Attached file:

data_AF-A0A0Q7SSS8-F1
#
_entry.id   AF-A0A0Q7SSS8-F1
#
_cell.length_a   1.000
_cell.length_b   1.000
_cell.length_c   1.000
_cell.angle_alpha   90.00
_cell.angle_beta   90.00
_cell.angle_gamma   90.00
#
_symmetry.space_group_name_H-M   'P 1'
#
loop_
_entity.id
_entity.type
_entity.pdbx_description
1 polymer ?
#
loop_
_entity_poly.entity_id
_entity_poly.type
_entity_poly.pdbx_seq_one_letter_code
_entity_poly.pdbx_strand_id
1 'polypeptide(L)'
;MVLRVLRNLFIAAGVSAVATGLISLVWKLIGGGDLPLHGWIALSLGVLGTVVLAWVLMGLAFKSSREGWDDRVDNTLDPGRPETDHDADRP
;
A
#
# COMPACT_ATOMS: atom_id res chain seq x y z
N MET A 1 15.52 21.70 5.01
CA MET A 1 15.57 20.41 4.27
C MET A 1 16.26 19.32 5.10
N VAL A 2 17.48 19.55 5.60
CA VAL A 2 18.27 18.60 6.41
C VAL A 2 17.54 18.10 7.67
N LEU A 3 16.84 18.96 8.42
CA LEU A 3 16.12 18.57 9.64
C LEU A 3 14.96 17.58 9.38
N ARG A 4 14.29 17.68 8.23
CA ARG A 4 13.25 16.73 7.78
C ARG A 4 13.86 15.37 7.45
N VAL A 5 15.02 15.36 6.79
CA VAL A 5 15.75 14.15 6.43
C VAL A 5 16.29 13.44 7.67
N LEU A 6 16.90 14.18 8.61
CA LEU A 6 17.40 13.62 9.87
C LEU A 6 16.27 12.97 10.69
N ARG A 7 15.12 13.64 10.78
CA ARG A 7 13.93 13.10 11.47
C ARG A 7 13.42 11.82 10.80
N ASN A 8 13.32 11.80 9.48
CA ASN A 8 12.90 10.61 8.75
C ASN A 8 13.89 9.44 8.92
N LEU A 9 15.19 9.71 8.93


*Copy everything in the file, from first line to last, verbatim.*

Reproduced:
data_AF-A0A0Q7SSS8-F1
#
_entry.id   AF-A0A0Q7SSS8-F1
#
_cell.length_a   1.000
_cell.length_b   1.000
_cell.length_c   1.000
_cell.angle_alpha   90.00
_cell.angle_beta   90.00
_cell.angle_gamma   90.00
#
_symmetry.space_group_name_H-M   'P 1'
#
loop_
_entity.id
_entity.type
_entity.pdbx_description
1 polymer ?
#
loop_
_entity_poly.entity_id
_entity_poly.type
_entity_poly.pdbx_seq_one_letter_code
_entity_poly.pdbx_strand_id
1 'polypeptide(L)'
;MVLRVLRNLFIAAGVSAVATGLISLVWKLIGGGDLPLHGWIALSLGVLGTVVLAWVLMGLAFKSSREGWDDRVDNTLDPGRPETDHDADRP
;
A
#
# COMPACT_ATOMS: atom_id res chain seq x y z
N MET A 1 15.52 21.70 5.01
CA MET A 1 15.57 20.41 4.27
C MET A 1 16.26 19.32 5.10
N VAL A 2 17.48 19.55 5.60
CA VAL A 2 18.27 18.60 6.41
C VAL A 2 17.54 18.10 7.67
N LEU A 3 16.84 18.96 8.42
CA LEU A 3 16.12 18.57 9.64
C LEU A 3 14.96 17.58 9.38
N ARG A 4 14.29 17.68 8.23
CA ARG A 4 13.25 16.73 7.78
C ARG A 4 13.86 15.37 7.45
N VAL A 5 15.02 15.36 6.79
CA VAL A 5 15.75 14.15 6.43
C VAL A 5 16.29 13.44 7.67
N LEU A 6 16.90 14.18 8.61
CA LEU A 6 17.40 13.62 9.87
C LEU A 6 16.27 12.97 10.69
N ARG A 7 15.12 13.64 10.78
CA ARG A 7 13.93 13.10 11.47
C ARG A 7 13.42 11.82 10.80
N ASN A 8 13.32 11.80 9.48
CA ASN A 8 12.90 10.61 8.75
C ASN A 8 13.89 9.44 8.92
N LEU A 9 15.19 9.71 8.93